The 2016 election, one might credibly argue, showed just how weak the conservative movement is. A non-conservative outsider candidate came in, flouting every supposed requirement for proving one’s conservative bona fides. He stole the Republican mantle despite preaching trade protectionism, uttering mostly nonsense on social issues, promising a massive stimulus package, and showing little familiarity (or perhaps just excessive flexibility) with what were supposed to be his own economic proposals.

But conservatives could well get the last laugh in the Trump years. For one thing, he is about to get as conservative a Cabinet as anyone has ever appointed. One person he can thank is retiring Senate Minority Leader Harry Reid, D-Nev., and his nuclear option. But another issue is that he has nowhere else to draw from. Trumpism, if it is even a movement and not just a man, has no developed infrastructure, no think tanks, and no model legislation to work with. Trump’s appointees will all come from among established conservative experts, as will his judicial appointees, as will most of the ideas that eventually make it into legislation.

And then there’s one other important thing, the subject of a recent piece in the Wall Street Journal on the State Policy Network. The five-dozen-plus conservative think thanks in the states will play a very large role in crafting both national and state policy in the Trump era.

If Trump’s promised infrastructure bill passes, state think tanks like the Granite Institute, the Goldwater Institue, and the Mackinac Institute will be helping state legislators and governors find the best use for the money. If Medicaid waivers or block grants are suddenly on the table, they have plans for using the flexibility in the most advantageous way that have been tested and refined through use in various states.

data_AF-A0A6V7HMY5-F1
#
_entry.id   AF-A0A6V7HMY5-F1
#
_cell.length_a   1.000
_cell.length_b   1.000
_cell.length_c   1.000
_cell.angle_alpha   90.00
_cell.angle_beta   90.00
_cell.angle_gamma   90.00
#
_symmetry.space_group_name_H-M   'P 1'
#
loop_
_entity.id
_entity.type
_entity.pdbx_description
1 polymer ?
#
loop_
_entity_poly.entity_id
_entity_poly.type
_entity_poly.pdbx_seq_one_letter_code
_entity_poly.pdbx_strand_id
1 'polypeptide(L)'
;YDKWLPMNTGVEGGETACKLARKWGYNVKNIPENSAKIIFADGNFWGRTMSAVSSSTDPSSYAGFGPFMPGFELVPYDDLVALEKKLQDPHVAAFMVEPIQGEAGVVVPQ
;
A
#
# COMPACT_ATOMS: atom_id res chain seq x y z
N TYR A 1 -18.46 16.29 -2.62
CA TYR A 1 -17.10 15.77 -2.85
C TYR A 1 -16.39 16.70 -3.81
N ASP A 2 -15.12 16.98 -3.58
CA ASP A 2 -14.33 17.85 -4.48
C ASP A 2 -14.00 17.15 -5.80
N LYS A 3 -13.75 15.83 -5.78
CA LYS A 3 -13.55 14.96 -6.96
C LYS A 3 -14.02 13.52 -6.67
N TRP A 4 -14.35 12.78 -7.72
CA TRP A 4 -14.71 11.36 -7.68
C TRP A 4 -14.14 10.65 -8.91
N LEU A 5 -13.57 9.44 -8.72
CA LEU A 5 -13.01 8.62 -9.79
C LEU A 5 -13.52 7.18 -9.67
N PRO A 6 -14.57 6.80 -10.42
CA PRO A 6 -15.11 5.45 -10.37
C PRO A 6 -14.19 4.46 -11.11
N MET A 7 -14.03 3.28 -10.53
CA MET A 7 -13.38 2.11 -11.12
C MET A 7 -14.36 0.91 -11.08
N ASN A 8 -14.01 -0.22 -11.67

These local think tanks, for which the Journal notes there is really no left-wing counterpart, also have ideas for softening negative effects of Obamacare repeal at the state level. And in the states that Republicans now control anew, they will be in a position to help conservative lawmakers craft initiatives that can improve their states’ business climates (right to work, tax reform), educational performance (charter schools), and long-term state fiscal viability (pension reform).

So yes, conservatives lost their grip on the GOP presidential nomination. One could even say they were proven a paper tiger during this year’s Republican primaries. But thanks to the infrastructure they’ve developed over the last 35 years, they’ve never had more influence for making and influencing both state and federal policy than they do now.

Wisconsin's red realignment

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The state’s vote for Trump shouldn’t be a surprise; it’s been trending GOP for years.

12/19/16 11:01 PM

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